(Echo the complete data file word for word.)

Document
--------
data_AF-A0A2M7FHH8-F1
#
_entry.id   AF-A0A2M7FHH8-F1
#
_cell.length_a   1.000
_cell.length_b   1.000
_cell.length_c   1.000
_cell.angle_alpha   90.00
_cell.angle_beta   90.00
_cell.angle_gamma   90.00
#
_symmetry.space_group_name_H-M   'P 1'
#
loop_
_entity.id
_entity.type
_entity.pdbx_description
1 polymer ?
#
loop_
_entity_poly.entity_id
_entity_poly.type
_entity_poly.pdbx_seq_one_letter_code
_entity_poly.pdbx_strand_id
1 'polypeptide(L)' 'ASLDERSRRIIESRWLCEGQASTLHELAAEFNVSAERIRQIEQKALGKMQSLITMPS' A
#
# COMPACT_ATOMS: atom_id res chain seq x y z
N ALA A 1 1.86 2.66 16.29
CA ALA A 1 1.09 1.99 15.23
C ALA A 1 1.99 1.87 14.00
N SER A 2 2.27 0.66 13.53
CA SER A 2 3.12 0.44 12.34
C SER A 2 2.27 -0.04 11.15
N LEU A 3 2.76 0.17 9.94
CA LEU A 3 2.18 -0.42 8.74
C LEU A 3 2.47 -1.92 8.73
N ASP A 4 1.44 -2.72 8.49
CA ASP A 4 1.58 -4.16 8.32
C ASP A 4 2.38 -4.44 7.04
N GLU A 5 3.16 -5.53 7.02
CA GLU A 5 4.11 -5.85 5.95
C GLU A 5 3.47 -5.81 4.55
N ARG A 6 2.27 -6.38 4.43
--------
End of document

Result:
data_AF-A0A2M7FHH8-F1
#
_entry.id   AF-A0A2M7FHH8-F1
#
_cell.length_a   1.000
_cell.length_b   1.000
_cell.length_c   1.000
_cell.angle_alpha   90.00
_cell.angle_beta   90.00
_cell.angle_gamma   90.00
#
_symmetry.space_group_name_H-M   'P 1'
#
loop_
_entity.id
_entity.type
_entity.pdbx_description
1 polymer ?
#
loop_
_entity_poly.entity_id
_entity_poly.type
_entity_poly.pdbx_seq_one_letter_code
_entity_poly.pdbx_strand_id
1 'polypeptide(L)' 'ASLDERSRRIIESRWLCEGQASTLHELAAEFNVSAERIRQIEQKALGKMQSLITMPS' A
#
# COMPACT_ATOMS: atom_id res chain seq x y z
N ALA A 1 1.86 2.66 16.29
CA ALA A 1 1.09 1.99 15.23
C ALA A 1 1.99 1.87 14.00
N SER A 2 2.27 0.66 13.53
CA SER A 2 3.12 0.44 12.34
C SER A 2 2.27 -0.04 11.15
N LEU A 3 2.76 0.17 9.94
CA LEU A 3 2.18 -0.42 8.74
C LEU A 3 2.47 -1.92 8.73
N ASP A 4 1.44 -2.72 8.49
CA ASP A 4 1.58 -4.16 8.32
C ASP A 4 2.38 -4.44 7.04
N GLU A 5 3.16 -5.53 7.02
CA GLU A 5 4.11 -5.85 5.95
C GLU A 5 3.47 -5.81 4.55
N ARG A 6 2.27 -6.38 4.43